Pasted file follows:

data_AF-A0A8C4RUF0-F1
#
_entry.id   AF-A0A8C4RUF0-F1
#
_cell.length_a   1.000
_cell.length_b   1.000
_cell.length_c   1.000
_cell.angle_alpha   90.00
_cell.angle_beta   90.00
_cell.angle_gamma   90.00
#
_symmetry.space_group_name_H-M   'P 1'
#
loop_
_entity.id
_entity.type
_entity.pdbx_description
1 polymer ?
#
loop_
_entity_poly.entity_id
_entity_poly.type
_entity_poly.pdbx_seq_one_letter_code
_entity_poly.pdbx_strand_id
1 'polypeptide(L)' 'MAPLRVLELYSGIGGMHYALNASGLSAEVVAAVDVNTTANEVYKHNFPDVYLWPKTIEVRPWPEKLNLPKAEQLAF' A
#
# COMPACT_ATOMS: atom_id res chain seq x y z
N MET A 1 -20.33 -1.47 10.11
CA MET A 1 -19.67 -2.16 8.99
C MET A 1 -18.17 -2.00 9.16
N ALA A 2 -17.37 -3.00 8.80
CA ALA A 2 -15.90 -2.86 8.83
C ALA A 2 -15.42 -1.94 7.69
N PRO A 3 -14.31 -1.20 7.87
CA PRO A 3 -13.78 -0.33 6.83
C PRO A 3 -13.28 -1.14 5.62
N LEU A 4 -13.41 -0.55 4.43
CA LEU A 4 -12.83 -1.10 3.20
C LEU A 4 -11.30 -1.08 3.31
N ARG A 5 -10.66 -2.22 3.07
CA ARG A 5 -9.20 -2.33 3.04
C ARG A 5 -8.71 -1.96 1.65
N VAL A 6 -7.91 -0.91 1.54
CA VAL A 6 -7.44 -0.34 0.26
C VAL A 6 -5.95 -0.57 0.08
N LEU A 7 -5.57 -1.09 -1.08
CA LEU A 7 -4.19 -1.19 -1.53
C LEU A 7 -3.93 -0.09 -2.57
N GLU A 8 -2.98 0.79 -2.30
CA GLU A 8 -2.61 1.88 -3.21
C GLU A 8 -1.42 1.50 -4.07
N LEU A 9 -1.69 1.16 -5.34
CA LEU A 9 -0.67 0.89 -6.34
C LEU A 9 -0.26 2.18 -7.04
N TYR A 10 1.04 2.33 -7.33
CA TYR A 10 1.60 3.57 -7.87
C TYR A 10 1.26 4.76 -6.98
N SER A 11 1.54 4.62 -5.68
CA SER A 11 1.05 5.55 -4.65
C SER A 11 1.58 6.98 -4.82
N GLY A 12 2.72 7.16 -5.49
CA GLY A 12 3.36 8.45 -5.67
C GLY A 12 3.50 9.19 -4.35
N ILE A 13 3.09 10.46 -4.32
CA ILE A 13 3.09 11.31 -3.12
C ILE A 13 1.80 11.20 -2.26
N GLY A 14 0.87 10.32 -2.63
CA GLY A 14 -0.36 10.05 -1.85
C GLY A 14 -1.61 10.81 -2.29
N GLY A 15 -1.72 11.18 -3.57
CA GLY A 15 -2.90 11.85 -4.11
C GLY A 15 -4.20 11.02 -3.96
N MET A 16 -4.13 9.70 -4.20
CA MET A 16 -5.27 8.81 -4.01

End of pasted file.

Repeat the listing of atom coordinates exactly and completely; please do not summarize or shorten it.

data_AF-A0A8C4RUF0-F1
#
_entry.id   AF-A0A8C4RUF0-F1
#
_cell.length_a   1.000
_cell.length_b   1.000
_cell.length_c   1.000
_cell.angle_alpha   90.00
_cell.angle_beta   90.00
_cell.angle_gamma   90.00
#
_symmetry.space_group_name_H-M   'P 1'
#
loop_
_entity.id
_entity.type
_entity.pdbx_description
1 polymer ?
#
loop_
_entity_poly.entity_id
_entity_poly.type
_entity_poly.pdbx_seq_one_letter_code
_entity_poly.pdbx_strand_id
1 'polypeptide(L)' 'MAPLRVLELYSGIGGMHYALNASGLSAEVVAAVDVNTTANEVYKHNFPDVYLWPKTIEVRPWPEKLNLPKAEQLAF' A
#
# COMPACT_ATOMS: atom_id res chain seq x y z
N MET A 1 -20.33 -1.47 10.11
CA MET A 1 -19.67 -2.16 8.99
C MET A 1 -18.17 -2.00 9.16
N ALA A 2 -17.37 -3.00 8.80
CA ALA A 2 -15.90 -2.86 8.83
C ALA A 2 -15.42 -1.94 7.69
N PRO A 3 -14.31 -1.20 7.87
CA PRO A 3 -13.78 -0.33 6.83
C PRO A 3 -13.28 -1.14 5.62
N LEU A 4 -13.41 -0.55 4.43
CA LEU A 4 -12.83 -1.10 3.20
C LEU A 4 -11.30 -1.08 3.31
N ARG A 5 -10.66 -2.22 3.07
CA ARG A 5 -9.20 -2.33 3.04
C ARG A 5 -8.71 -1.96 1.65
N VAL A 6 -7.91 -0.91 1.54
CA VAL A 6 -7.44 -0.34 0.26
C VAL A 6 -5.95 -0.57 0.08
N LEU A 7 -5.57 -1.09 -1.08
CA LEU A 7 -4.19 -1.19 -1.53
C LEU A 7 -3.93 -0.09 -2.57
N GLU A 8 -2.98 0.79 -2.30
CA GLU A 8 -2.61 1.88 -3.21
C GLU A 8 -1.42 1.50 -4.07
N LEU A 9 -1.69 1.16 -5.34
CA LEU A 9 -0.67 0.89 -6.34
C LEU A 9 -0.26 2.18 -7.04
N TYR A 10 1.04 2.33 -7.33
CA TYR A 10 1.60 3.57 -7.87
C TYR A 10 1.26 4.76 -6.98
N SER A 11 1.54 4.62 -5.68
CA SER A 11 1.05 5.55 -4.65
C SER A 11 1.58 6.98 -4.82
N GLY A 12 2.72 7.16 -5.49
CA GLY A 12 3.36 8.45 -5.67
C GLY A 12 3.50 9.19 -4.35
N ILE A 13 3.09 10.46 -4.32
CA ILE A 13 3.09 11.31 -3.12
C ILE A 13 1.80 11.20 -2.26
N GLY A 14 0.87 10.32 -2.63
CA GLY A 14 -0.36 10.05 -1.85
C GLY A 14 -1.61 10.81 -2.29
N GLY A 15 -1.72 11.18 -3.57
CA GLY A 15 -2.90 11.85 -4.11
C GLY A 15 -4.20 11.02 -3.96
N MET A 16 -4.13 9.70 -4.20
CA MET A 16 -5.27 8.81 -4.01